On August 15th, Crazy Rich Asians opened in the United States. That stormy Wednesday evening, a tornado warning was issued just as I pulled into the theater’s parking lot. Though the Bloomington theater was barely half full, the film has gone on to be sold out across the country, earning 26.5 million its first weekend. As the first Asian-led and Asian-cast movie in twenty-five years, it has been hailed as an entertainment milestone in diversity. (See “The Connection Between ‘The Joy Luck Club’ and ‘Crazy Rich Asians,’” https://www.npr.org/2018/08/18/639822957/the-connection-of-the-joy-luck-club-and-crazy-rich-asians)
The plot, very simply, is about a Chinese-American college professor (Rachel) who visits her boyfriend Nick’s family in Singapore only to find out not only are they “crazy rich,” they also do not think very highly of her as an Asian American raised by a single mother. Most of the movie is set on the lush island country at the tip of the Malay peninsula, and while a brief detour into a mouth-watering food spot–shot on location at Newton Food Centre–introduces us and Rachel to Singapore, not much time is spent on the details of the place in which the romance and family drama unfolds.
I left the theater that night wanting to know more about Chinese Singaporeans, especially intrigued by the detail about Nick’s family and how they had emigrated to Singapore and made their fortune. What was that history, and why did the film skip over it so quickly?
It didn’t take long for me to find voices who were framing the film and its representation of a place and its people quite differently. Some are Chinese Singaporeans themselves like Kirsten Han who wrote an article that says the movie “gets Singapore wrong.” She writes, “The all-East Asian cast of Crazy Rich Asians is also a misrepresentation of Singapore at the most basic level, obscuring Malay, Indian, Eurasian, and more populations who make the country the culturally rich and unique place that it is.” Why does this matter? It all has to do with power and historical context.
Chinese Singaporeans have long enjoyed privilege and power in the Southeast Asian country where they have been the ethnic majority since 1826, despite the fact that it was a British-controlled colony at that time. By 1877, an administrative body called the Chinese Protectorate was put in place to ensure the well-being of Chinese Singaporeans, many of whom were immigrant laborers and some of whom were forced into prostitution.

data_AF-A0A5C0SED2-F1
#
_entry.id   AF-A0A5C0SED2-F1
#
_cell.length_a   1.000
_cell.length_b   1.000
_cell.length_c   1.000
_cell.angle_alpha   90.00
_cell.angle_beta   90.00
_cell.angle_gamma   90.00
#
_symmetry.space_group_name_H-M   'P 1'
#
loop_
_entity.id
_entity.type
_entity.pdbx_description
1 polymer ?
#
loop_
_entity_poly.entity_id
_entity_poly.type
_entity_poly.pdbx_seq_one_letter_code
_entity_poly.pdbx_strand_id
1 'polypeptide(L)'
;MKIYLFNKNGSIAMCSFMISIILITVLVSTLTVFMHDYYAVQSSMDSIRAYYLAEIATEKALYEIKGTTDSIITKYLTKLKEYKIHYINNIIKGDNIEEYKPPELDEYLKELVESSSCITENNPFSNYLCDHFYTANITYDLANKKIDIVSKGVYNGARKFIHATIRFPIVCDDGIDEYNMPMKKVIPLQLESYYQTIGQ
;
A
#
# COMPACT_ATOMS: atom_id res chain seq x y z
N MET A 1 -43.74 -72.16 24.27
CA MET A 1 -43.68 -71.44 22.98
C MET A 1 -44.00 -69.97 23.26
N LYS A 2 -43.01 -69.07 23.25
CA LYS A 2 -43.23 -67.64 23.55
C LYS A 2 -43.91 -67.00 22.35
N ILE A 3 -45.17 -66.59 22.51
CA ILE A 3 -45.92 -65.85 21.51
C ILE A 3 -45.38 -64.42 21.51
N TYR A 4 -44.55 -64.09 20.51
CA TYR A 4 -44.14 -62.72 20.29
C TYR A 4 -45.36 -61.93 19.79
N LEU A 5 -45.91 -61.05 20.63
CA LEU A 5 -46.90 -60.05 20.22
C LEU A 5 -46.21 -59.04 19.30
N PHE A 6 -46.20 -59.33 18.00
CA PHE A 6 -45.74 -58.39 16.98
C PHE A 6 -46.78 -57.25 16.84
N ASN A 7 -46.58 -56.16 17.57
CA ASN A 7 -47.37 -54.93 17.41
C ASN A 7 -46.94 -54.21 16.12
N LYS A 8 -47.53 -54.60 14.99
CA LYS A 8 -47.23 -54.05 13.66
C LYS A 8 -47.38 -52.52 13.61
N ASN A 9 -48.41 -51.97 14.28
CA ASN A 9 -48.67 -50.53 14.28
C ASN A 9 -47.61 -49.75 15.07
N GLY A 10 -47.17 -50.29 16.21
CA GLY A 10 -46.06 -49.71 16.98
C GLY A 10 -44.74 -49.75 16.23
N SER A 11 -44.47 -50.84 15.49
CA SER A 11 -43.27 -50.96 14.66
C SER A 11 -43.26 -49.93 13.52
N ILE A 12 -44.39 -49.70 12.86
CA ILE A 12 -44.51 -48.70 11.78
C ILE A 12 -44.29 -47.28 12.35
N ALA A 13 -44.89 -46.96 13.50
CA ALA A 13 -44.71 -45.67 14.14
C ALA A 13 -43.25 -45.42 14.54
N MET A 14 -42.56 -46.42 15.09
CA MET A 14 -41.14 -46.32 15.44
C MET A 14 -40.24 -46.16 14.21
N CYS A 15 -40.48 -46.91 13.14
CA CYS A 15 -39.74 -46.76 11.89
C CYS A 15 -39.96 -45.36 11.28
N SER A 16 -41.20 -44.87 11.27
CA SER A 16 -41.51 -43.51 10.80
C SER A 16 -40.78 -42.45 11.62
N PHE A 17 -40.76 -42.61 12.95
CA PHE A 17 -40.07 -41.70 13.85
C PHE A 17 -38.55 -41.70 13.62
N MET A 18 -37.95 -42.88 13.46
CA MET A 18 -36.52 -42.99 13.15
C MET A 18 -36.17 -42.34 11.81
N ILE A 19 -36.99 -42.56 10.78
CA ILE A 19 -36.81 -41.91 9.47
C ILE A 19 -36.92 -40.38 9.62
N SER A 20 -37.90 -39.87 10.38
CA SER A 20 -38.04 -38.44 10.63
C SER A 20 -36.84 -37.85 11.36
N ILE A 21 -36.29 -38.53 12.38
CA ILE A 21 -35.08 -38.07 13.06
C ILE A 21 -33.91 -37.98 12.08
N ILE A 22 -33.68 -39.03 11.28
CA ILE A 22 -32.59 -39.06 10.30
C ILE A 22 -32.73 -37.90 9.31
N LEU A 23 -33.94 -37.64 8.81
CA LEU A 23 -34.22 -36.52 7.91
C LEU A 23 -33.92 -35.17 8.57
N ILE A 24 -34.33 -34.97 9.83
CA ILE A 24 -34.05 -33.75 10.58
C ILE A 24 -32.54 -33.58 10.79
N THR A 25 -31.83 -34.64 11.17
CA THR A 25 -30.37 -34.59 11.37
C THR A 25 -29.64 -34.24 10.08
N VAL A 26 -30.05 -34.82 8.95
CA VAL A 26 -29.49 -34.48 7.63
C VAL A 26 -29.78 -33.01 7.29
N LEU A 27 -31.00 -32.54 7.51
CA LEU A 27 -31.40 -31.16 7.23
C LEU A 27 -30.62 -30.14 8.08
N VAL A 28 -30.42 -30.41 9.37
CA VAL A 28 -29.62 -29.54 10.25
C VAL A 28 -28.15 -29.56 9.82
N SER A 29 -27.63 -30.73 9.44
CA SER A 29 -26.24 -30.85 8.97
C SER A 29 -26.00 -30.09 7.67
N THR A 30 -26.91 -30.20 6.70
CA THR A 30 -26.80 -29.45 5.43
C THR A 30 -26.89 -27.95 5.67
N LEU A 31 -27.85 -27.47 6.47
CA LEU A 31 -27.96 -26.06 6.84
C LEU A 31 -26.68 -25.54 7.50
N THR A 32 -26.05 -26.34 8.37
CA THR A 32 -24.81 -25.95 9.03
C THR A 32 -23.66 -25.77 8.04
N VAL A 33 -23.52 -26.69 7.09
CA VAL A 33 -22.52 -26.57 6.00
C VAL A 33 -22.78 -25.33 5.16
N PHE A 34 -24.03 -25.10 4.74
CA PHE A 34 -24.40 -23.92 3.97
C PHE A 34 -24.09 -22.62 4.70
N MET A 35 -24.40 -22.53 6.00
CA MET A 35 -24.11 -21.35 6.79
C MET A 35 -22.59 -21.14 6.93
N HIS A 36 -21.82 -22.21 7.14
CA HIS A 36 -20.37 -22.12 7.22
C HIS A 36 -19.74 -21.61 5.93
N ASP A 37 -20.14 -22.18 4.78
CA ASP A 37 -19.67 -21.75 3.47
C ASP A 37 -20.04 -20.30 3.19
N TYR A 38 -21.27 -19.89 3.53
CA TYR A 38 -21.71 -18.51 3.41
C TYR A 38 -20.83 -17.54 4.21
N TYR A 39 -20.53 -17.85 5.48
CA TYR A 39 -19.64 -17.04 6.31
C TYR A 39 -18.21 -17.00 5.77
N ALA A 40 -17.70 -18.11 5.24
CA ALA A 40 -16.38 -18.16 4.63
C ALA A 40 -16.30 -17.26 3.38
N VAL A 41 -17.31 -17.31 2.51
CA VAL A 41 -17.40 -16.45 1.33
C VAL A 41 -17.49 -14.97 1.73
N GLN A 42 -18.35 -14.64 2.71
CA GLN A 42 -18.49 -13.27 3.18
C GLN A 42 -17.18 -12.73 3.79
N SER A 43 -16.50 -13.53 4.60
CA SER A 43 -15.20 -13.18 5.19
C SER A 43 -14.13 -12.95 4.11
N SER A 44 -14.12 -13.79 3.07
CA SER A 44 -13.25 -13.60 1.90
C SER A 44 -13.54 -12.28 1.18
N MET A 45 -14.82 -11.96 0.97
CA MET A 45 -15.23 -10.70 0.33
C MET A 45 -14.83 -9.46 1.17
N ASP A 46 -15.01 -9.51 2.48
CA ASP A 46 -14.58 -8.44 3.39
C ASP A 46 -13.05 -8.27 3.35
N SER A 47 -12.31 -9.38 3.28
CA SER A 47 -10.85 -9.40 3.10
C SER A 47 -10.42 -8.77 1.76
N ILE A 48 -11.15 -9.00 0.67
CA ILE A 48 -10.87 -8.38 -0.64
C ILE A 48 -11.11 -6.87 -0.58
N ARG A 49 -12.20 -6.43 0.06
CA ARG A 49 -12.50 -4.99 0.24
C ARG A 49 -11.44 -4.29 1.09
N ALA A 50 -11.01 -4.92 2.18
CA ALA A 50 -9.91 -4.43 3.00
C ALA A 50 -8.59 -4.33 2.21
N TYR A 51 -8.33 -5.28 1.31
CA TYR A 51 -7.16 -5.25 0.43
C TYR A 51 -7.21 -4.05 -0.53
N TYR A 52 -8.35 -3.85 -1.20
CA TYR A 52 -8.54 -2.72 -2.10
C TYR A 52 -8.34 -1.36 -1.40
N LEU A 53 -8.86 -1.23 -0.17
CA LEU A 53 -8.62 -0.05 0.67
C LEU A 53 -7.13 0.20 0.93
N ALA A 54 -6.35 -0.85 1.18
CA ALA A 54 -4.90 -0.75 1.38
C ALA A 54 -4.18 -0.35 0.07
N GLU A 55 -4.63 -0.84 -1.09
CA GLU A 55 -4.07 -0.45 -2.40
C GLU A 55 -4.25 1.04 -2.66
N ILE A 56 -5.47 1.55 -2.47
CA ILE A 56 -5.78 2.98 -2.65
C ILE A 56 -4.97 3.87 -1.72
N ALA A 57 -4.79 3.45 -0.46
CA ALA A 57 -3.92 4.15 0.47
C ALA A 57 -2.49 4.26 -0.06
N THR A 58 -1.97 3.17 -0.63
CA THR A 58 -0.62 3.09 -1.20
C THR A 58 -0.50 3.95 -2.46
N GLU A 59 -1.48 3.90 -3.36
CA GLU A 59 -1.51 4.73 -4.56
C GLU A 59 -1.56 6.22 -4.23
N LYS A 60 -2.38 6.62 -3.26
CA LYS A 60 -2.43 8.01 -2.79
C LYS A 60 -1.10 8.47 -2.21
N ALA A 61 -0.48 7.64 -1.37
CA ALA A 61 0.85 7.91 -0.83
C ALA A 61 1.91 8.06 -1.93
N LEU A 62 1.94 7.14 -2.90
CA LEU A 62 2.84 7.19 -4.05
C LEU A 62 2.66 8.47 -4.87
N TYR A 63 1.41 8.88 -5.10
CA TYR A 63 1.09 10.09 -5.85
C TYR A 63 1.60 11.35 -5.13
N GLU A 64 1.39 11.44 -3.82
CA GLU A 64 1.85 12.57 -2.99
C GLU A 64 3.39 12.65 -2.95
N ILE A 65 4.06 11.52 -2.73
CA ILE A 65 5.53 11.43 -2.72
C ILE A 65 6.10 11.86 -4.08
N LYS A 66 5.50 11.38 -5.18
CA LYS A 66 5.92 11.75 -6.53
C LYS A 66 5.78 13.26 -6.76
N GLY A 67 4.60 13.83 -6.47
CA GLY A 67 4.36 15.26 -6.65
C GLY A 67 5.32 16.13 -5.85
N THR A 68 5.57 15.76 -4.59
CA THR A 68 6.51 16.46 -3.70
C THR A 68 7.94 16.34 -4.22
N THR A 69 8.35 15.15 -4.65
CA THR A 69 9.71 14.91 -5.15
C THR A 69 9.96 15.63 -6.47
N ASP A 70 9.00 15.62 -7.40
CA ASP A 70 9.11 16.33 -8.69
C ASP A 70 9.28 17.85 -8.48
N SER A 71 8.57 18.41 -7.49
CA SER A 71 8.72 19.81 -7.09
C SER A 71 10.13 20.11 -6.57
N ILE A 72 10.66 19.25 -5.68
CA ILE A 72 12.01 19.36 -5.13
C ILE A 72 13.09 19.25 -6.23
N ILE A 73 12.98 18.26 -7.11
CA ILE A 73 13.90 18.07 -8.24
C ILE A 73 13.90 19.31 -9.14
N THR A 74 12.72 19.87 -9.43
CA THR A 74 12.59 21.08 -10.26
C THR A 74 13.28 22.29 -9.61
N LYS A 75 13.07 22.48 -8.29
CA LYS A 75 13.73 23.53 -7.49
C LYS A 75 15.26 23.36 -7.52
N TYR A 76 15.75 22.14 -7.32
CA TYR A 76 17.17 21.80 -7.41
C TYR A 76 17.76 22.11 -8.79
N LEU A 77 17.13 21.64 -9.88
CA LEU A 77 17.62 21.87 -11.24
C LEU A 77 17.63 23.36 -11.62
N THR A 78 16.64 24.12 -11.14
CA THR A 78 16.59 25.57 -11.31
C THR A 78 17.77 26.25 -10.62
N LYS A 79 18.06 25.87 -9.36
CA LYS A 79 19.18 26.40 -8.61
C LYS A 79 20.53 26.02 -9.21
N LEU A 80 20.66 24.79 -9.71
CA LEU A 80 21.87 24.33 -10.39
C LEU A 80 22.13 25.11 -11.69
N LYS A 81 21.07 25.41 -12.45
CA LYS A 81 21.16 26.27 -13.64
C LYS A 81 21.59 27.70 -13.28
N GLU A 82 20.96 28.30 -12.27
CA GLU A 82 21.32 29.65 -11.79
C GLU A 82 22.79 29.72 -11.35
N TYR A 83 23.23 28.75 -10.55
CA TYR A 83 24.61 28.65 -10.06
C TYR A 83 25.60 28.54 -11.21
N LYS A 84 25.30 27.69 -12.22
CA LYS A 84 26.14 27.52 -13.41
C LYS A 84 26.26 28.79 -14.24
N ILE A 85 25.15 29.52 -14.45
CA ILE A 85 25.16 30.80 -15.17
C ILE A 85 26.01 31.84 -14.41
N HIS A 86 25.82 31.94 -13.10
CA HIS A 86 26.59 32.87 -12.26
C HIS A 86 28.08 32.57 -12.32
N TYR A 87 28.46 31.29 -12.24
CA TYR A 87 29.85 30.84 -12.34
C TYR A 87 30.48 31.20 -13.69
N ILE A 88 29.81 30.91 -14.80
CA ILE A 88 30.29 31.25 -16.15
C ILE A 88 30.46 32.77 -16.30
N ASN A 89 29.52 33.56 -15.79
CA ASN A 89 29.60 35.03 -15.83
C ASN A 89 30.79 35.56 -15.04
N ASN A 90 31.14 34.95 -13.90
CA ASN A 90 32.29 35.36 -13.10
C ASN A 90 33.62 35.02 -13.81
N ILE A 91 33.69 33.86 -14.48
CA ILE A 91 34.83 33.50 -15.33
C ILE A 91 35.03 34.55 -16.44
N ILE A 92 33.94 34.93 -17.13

Almost a century later and following a brief period of Japanese rule, Singapore became a fully independent republic and elected Lee Kuan Yew as its first Prime Minister in 1959. Yew was a Cambridge-educated, fourth-generation Chinese Singaporean, and he came to be known as the “founding father” of Singapore, ushering the new republic from “third- to first-world in a single generation.” Since that time, Singapore has never had a non-Chinese prime minister. All of this is part of why some scholars and cultural theorists refer to the situation in Singapore as a form of “Chinese supremacy.”
Having read the critiques and talked to friends about the movie, I see the film as an opportunity to learn and reflect about the different racist global histories that persist in popular media.
In a conversation with Jeff Yang about the choice not to explain the rules of mahjong in the movie, CRA director John Chu said, “We didn’t want to give people an excuse to think of this world as some kind of obscure, exotic fantasyland — this is a real place, with real culture, history and tradition, and instead of just giving them answers to their questions, we want them to have conversations.” The movie itself becomes a fun and emotional way to begin a conversation that hopefully leads us to a better understanding of Singapore, classism, colorism, and what our needs and expectations for representation tell us about what to look for next.
If you are one of those people that likes to read the book before they see the movie, Wells Library can help! Crazy Rich Asians: https://iucat.iu.edu/catalog/15266801. And you can come to Media Services to find The Joy Luck Club, the movie that inspired similar questions a full 25 years ago: https://iucat.iu.edu/catalog/10023013, along with a wide variety of other Asia-focused cinema milestones. AL
Anni Liu is a graduate student in Creative Writing at IU and a published poet and essayist. For a brief analysis of the history of Chinese cinema, see her previous blog post entitled “Chinese Cinema: Classics and New Trends in Context,” Media Beat blog, July 3, 2018: https://blogs.libraries.indiana.edu/mediabeat/2018/07/03/chinese-cinema-classics-and-new-trends-in-context/